What is the meniscus?
The meniscus is a gasket-like structure in the knee that helps cushion and spread out the contact pressures during weight bearing. Each knee has both a medial (inside) and lateral (outside) meniscus that sit between the thigh bone (femur) and shin bone (tibia).
How is the meniscus injured?
Meniscal injury can be broken into two general categories: acute and degenerative. Acute meniscus tears most often occur after a noticeable and definite traumatic injury to the knee. This usually involves some sort of twisting/pivoting movement or buckling of the knee. There are various tear patterns that are seen which can dictate the treatment and long-term durability of the knee. Acute tears can be isolated or associated with other injuries to the knee such as an ACL tear or cartilage injury. In contrast to acute tears, degenerative meniscal tears are usually associated with arthritis of the knee. The worn cartilage surfaces of the arthritic knee cause tearing and fraying of the meniscus, creating complex tear patterns.
What are the symptoms of a meniscal tear?
Symptoms can range from occasional clicking or catching of the knee, occasional or constant pain with weight bearing, to a “locked” knee that won’t flex or extend.
How are meniscal tears treated?
Most meniscal tears will not heal on their own. This is due to a poor blood supply to the meniscus, as well as mechanical forces that can displace the tear. Symptomatic meniscal tears are treated with repair or debridement (trimming of the torn areas). Only a small percentage of meniscal tears can be repaired, and this depends on the tear type/pattern, the location of the tear, as well as associated injuries in the knee. The majority of meniscal tears are treated with debridement, also known as a partial meniscectomy, where the displaced, torn portion is trimmed back to a stable rim.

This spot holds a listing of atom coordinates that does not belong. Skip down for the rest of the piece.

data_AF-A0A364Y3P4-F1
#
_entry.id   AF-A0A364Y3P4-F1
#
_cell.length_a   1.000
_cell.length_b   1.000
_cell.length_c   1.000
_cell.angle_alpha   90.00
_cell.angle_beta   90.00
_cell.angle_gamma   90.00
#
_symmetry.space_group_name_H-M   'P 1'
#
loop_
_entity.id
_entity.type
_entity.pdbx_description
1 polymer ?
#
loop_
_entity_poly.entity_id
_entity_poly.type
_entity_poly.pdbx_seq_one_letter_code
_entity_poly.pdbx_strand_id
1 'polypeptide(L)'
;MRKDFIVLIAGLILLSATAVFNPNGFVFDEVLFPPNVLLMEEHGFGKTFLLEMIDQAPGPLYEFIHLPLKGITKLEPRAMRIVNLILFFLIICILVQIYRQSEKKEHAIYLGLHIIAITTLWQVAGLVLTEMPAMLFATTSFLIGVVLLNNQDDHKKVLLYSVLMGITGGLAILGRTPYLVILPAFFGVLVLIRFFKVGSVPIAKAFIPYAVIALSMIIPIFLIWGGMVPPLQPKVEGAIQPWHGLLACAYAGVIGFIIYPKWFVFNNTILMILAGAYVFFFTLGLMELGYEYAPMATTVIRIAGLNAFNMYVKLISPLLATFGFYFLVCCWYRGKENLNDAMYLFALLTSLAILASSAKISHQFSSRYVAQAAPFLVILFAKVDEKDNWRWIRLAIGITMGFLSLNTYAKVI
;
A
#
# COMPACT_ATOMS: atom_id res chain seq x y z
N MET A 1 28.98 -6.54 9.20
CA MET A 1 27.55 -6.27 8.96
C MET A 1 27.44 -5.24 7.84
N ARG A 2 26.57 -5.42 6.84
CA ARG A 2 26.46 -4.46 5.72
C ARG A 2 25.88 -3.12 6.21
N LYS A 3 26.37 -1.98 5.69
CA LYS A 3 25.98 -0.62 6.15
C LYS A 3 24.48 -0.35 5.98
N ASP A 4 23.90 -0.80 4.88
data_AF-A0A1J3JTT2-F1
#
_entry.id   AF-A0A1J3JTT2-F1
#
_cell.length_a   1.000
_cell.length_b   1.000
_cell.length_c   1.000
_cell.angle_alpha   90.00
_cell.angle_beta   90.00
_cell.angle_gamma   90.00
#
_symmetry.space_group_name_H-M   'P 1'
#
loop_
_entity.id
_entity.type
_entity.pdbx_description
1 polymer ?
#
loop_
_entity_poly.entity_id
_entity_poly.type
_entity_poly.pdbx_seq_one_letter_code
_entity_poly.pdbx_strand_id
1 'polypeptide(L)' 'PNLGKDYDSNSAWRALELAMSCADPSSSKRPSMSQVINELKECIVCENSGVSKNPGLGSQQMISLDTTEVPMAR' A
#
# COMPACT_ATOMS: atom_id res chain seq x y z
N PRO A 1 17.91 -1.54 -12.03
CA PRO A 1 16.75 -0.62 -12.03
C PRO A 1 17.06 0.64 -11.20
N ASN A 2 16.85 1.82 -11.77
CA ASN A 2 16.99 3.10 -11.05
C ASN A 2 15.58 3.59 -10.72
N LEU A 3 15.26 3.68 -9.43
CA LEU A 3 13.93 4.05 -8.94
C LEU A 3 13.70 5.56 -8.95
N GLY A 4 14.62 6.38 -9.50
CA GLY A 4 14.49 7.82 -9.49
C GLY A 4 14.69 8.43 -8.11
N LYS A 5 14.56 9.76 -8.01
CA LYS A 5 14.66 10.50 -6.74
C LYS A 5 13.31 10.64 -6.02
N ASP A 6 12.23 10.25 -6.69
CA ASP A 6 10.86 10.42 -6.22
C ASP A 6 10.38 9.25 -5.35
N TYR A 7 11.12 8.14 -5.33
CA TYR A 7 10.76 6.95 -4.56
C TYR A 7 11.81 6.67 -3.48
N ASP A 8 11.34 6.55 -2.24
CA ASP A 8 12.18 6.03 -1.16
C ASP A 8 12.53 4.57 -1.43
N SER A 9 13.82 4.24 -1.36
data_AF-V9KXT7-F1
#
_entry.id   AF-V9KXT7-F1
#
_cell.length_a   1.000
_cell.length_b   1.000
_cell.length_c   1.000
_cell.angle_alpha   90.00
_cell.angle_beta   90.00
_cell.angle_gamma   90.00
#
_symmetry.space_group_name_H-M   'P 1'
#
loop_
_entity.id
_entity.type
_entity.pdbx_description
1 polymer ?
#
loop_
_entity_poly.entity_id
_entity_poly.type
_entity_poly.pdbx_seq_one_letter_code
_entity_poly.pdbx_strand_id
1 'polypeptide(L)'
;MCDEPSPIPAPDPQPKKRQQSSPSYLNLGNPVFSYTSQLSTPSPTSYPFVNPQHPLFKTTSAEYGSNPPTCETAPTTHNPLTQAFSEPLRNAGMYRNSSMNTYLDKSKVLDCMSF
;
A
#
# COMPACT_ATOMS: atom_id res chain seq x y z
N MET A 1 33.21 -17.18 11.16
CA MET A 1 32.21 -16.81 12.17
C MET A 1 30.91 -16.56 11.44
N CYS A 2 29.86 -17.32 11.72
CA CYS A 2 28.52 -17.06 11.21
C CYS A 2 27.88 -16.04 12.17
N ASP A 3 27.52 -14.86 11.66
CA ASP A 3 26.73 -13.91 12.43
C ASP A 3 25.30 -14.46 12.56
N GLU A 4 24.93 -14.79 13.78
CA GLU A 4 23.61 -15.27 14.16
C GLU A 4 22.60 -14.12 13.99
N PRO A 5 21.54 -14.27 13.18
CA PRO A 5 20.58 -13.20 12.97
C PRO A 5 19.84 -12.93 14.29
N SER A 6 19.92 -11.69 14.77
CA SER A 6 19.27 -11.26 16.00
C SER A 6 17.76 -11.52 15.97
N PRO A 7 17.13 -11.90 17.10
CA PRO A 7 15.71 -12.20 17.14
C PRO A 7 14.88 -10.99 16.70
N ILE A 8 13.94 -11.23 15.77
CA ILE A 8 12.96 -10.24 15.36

What is recovery like after meniscal surgery?
Recovery after a meniscal debridement is usually quick. Most patients can return to work (aside from high physical demand jobs) in 3-5 days, and can return to athletic activity and exercise by 4 weeks. In contrast, meniscal repair requires a much longer period of recovery, with restrictions on activity, weight bearing, and brace use for up to 6 weeks. Most patients are not allowed to begin sports-related rehabilitation for at least 3 months, with full recovery expected by 5-6 months.
How do I know if I need meniscal surgery?
If you have been diagnosed with a meniscus tear on MRI, you should have a discussion with your orthopedic surgeon regarding the optimal treatment. Plain, weight-bearing x-rays of both knees will also be required. Similar to most orthopedic injuries, if the symptoms thought to be caused by the meniscal tear are interfering with your ability to remain active and healthy, we usually recommend surgical intervention. However, in the presence of moderate and severe arthritis of the knee, the approach differs due to the fact that some or all of the symptoms may be due to arthritis and not only the meniscus injury.